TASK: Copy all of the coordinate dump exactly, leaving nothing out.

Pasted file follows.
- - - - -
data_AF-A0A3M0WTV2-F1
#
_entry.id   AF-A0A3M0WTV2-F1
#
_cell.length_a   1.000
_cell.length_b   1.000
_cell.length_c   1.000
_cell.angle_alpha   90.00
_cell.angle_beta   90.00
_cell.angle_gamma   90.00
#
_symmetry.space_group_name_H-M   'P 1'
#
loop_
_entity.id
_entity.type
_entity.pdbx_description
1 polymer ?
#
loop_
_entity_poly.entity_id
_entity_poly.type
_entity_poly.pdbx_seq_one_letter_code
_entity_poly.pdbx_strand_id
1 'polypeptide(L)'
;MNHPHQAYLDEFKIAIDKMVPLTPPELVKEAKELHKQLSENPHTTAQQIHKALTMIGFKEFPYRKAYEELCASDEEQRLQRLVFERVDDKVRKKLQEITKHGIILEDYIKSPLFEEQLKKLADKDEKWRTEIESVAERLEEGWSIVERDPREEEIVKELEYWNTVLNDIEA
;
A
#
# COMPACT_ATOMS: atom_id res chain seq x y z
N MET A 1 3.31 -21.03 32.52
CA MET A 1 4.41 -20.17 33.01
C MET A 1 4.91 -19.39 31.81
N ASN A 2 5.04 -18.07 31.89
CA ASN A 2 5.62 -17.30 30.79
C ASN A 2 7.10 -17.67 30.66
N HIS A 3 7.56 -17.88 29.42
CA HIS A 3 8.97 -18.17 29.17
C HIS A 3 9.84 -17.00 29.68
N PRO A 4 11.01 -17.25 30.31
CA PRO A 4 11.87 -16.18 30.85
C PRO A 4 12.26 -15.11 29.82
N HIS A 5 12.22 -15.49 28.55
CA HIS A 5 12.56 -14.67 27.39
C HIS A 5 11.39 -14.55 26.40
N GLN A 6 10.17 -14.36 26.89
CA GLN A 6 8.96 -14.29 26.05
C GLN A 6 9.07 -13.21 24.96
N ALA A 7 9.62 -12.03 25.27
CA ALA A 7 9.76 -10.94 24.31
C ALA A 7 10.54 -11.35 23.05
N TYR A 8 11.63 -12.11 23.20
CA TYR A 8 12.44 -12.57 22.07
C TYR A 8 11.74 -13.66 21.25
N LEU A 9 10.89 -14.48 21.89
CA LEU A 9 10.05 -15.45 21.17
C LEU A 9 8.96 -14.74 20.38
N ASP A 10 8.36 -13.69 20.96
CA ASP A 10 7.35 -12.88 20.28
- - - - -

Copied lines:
data_AF-A0A3M0WTV2-F1
#
_entry.id   AF-A0A3M0WTV2-F1
#
_cell.length_a   1.000
_cell.length_b   1.000
_cell.length_c   1.000
_cell.angle_alpha   90.00
_cell.angle_beta   90.00
_cell.angle_gamma   90.00
#
_symmetry.space_group_name_H-M   'P 1'
#
loop_
_entity.id
_entity.type
_entity.pdbx_description
1 polymer ?
#
loop_
_entity_poly.entity_id
_entity_poly.type
_entity_poly.pdbx_seq_one_letter_code
_entity_poly.pdbx_strand_id
1 'polypeptide(L)'
;MNHPHQAYLDEFKIAIDKMVPLTPPELVKEAKELHKQLSENPHTTAQQIHKALTMIGFKEFPYRKAYEELCASDEEQRLQRLVFERVDDKVRKKLQEITKHGIILEDYIKSPLFEEQLKKLADKDEKWRTEIESVAERLEEGWSIVERDPREEEIVKELEYWNTVLNDIEA
;
A
#
# COMPACT_ATOMS: atom_id res chain seq x y z
N MET A 1 3.31 -21.03 32.52
CA MET A 1 4.41 -20.17 33.01
C MET A 1 4.91 -19.39 31.81
N ASN A 2 5.04 -18.07 31.89
CA ASN A 2 5.62 -17.30 30.79
C ASN A 2 7.10 -17.67 30.66
N HIS A 3 7.56 -17.88 29.42
CA HIS A 3 8.97 -18.17 29.17
C HIS A 3 9.84 -17.00 29.68
N PRO A 4 11.01 -17.25 30.31
CA PRO A 4 11.87 -16.18 30.85
C PRO A 4 12.26 -15.11 29.82
N HIS A 5 12.22 -15.49 28.55
CA HIS A 5 12.56 -14.67 27.39
C HIS A 5 11.39 -14.55 26.40
N GLN A 6 10.17 -14.36 26.89
CA GLN A 6 8.96 -14.29 26.05
C GLN A 6 9.07 -13.21 24.96
N ALA A 7 9.62 -12.03 25.27
CA ALA A 7 9.76 -10.94 24.31
C ALA A 7 10.54 -11.35 23.05
N TYR A 8 11.63 -12.11 23.20
CA TYR A 8 12.44 -12.57 22.07
C TYR A 8 11.74 -13.66 21.25
N LEU A 9 10.89 -14.48 21.89
CA LEU A 9 10.05 -15.45 21.17
C LEU A 9 8.96 -14.74 20.38
N ASP A 10 8.36 -13.69 20.96
CA ASP A 10 7.35 -12.88 20.28